Obama: the big hitter who lost a legacy
Eight years ago, Barack Obama became the 44th president of the United States. His motto was Yes We Can; his message was hope. As the 45th is elected, people are asking: did Obama deliver?
Thirty years ago in a New York park, Genevieve Cook watched as a child ran around in costume. Turning to her then-boyfriend, she mused that he too acted like a superhero sometimes. The boyfriend said nothing.
Decades later his grinning face adorned the cover of the latest Spider-Man comic. Mocked-up pictures showing him using superpowers circled the internet. Barack Obama had just become the first black president of the USA: to many, he truly was a hero.
That was eight years ago, when Obama’s backstory – his rise from humble immigrant’s son to world’s most powerful person – was what mattered. Today, as he prepares to leave office, all eyes are on his legacy. He was elected on a promise of hope and change. Has he delivered?
From day one, the odds were against him. Obama became president just as the financial crisis was knocking the economy. He responded with a bold stimulus package that led the country into a relatively good recovery: employment and wages have risen. But so has inequality.
But the package set Obama on a collision course with Republicans, who took control of the House of Representatives in 2010. Opposed to what they see as wasteful spending, they have since blocked or undermined most of his attempts at legislation. Obama has described his failure to reach more compromises as one of his ‘few regrets’.
Similarly, many hoped that the president would be able to soothe the country’s racial strife. Yet police continue to shoot black men, and civil unrest is growing. Obama has passed no gun control laws.
On the world stage, things have been no easier. Obama inherited the disastrous wars in Iraq and Afghanistan; keen to avoid similar mistakes, he has acted carefully. Some praise his cautious deals with Iran and Cuba as diplomatic masterstrokes. Others blame his passivity for the rise of Russia, China and Islamic State (Daesh or ISIS).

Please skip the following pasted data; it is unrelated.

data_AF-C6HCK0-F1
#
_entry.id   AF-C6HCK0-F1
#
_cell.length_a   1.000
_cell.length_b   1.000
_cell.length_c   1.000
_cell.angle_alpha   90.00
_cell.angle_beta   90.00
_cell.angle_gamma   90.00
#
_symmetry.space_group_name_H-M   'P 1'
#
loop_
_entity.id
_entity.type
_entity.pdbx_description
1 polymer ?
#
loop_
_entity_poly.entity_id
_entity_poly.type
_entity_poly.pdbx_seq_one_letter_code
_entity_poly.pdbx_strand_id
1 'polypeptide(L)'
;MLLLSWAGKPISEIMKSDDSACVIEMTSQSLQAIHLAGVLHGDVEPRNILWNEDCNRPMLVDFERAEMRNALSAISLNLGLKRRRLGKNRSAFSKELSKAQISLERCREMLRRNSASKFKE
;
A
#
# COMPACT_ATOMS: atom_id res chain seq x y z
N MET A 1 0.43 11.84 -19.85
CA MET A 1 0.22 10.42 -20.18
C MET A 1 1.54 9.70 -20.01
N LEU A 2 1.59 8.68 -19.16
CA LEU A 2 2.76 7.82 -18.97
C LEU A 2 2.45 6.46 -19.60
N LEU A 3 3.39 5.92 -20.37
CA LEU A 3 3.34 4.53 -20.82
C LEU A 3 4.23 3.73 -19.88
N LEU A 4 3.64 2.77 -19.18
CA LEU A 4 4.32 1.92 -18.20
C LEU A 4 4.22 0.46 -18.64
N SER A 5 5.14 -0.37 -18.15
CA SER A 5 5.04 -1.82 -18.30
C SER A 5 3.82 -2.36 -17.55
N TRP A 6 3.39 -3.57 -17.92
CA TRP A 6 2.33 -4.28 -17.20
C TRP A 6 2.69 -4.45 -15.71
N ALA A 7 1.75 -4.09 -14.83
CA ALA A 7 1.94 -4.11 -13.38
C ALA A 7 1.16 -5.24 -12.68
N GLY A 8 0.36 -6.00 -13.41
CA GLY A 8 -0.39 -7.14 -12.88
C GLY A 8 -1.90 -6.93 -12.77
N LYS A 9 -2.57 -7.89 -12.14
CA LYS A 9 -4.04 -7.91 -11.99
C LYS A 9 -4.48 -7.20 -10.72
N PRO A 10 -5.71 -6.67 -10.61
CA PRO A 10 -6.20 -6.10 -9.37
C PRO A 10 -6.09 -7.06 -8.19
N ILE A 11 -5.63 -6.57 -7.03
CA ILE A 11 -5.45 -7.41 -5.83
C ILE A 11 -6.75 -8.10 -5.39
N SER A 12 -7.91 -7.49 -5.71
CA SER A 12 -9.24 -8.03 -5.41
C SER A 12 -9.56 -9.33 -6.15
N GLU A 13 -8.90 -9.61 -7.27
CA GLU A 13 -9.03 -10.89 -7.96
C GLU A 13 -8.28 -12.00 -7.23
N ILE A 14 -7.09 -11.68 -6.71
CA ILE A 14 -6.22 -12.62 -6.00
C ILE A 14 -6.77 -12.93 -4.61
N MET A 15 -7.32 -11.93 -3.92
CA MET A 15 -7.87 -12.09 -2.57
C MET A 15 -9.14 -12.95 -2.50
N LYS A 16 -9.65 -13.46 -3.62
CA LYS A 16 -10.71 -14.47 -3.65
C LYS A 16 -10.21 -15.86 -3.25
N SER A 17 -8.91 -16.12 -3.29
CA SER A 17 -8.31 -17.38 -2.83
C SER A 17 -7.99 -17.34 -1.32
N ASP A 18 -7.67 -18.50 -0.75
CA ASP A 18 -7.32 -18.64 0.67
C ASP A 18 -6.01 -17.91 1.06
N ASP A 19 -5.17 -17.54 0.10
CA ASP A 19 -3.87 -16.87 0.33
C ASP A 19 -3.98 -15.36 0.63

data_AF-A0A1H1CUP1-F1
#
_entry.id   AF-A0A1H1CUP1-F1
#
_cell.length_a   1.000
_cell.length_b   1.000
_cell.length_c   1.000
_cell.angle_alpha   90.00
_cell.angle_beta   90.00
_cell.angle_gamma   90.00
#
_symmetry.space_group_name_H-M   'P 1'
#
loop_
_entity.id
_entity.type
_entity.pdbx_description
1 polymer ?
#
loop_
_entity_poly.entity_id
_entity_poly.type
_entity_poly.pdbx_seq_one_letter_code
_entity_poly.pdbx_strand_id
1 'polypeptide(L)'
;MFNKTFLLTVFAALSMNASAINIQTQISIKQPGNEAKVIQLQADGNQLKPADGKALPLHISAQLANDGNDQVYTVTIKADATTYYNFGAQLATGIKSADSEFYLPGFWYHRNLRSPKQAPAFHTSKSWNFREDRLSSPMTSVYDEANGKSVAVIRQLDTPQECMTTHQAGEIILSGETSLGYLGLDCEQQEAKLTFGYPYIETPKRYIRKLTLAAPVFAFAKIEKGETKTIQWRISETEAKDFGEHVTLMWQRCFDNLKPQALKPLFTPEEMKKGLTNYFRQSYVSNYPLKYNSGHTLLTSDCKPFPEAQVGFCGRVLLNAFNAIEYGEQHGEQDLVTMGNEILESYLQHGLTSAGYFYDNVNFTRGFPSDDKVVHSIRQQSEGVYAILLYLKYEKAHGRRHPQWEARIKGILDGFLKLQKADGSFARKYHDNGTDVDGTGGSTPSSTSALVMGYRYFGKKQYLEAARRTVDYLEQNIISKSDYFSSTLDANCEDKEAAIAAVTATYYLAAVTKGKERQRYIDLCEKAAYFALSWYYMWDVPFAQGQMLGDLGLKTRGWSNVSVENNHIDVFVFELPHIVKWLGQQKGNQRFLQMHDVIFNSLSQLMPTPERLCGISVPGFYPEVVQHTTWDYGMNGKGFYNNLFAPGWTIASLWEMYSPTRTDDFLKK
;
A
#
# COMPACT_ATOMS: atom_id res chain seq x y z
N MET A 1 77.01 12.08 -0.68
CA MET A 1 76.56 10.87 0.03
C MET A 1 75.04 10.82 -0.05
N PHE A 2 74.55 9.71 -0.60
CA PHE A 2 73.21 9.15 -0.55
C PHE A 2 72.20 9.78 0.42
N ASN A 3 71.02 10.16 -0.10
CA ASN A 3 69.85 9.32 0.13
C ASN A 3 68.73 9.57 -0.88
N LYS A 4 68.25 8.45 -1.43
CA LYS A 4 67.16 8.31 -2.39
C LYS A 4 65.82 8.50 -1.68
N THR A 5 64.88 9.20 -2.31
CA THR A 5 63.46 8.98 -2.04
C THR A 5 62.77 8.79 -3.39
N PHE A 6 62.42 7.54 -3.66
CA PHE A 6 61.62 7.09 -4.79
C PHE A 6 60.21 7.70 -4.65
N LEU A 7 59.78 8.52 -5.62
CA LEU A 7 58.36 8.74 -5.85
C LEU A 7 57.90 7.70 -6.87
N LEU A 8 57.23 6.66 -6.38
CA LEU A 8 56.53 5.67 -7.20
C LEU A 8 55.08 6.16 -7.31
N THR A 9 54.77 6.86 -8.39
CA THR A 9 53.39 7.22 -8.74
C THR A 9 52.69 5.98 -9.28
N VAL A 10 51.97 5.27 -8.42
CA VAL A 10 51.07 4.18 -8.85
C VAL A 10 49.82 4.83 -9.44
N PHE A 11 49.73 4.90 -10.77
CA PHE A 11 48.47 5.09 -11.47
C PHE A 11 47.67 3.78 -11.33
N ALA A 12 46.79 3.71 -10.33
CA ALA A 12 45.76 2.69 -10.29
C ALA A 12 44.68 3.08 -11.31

Even his fans confess that Obama did not bring about huge change. Yet he leaves almost as popular as when he arrived. Did he, after all, make the best of a bad situation?
Yes we did?
Obama is some talker, admit critics. But not a doer. He has been too stubborn at home and too timid abroad. The result: nothing much happened, except that the country’s divides widened. As one journalist put it, ‘as a British king, he would have been terrific.’ But not as the chief executive of the world’s greatest power.
A president is not a superhero, reply admirers. Their job is not to change the world, but to manage specific problems. Obama faced major challenges – the financial crisis, chaos in the Middle East – mostly beyond his control. But he stayed the course, avoiding scandal and scoring a few successes. That is impressive.
- Would you have voted for Obama?
- British politician Enoch Powell once said that ‘all political lives end in failure’. Is he right?
- Draw a timeline of Obama’s presidency, marking on the 15 most important events.
- Imagine you are Obama, and Donald Trump asks you for advice on being president. Write him a letter of reply.
Some People Say...
“You campaign in poetry. You govern in prose.”Mario Cuomo, former governor of New York.
What do you think?
Q & A
- No matter what Obama did, I find his story inspiring.
- There’s no denying the symbolic importance of the first black president. And Obama has done plenty for racial equality, from appointing black judges to releasing thousands of nonviolent drug offenders. Yet black Americans are in many ways worse off now than in 2008. Some accuse the president of dodging the issue (see Become An Expert).
- What will Obama do next?
- Unclear, but he’s still young. The Obamas will continue to live in Washington, which could mean the ex-president stays in politics. Last year, he said that he’d like to go back to local politics, helping out with education and employment policy. It’s also been rumoured that he will campaign to change election district maps. One thing is for sure, however: there will be more golf.
- Genevieve Cook
- Obama’s ex entered the limelight in 2012, when she gave an interview for a biography of the president. See Become An Expert.
- Immigrant’s son
- Obama’s father, Barack Obama Sr., was a Kenyan economist. He met the future president’s mother, Ann Dunham, while studying at the University of Hawaii.
- House of Representatives
- The lower house of the US Congress. The party with a majority has considerable power over laws.
- Notoriously, Republicans have tried to overturn Obamacare, a law that obliges citizens to buy health insurance. They argue that it is costly and violates certain constitutional freedoms.
- Gun control
- Despite talking tough on the issue, Obama has only passed two gun laws, and both expanded the rights of gun owners. That has not stopped the National Rifle Association from claiming that ‘President Obama’s obsession with gun control knows no boundaries.’
- A Gallup poll puts Obama’s approval rating at 56% – higher than Clinton’s. At the start of his presidency, it was over 60%.
- Max Hastings, writing in The Daily Mail. See Become An Expert.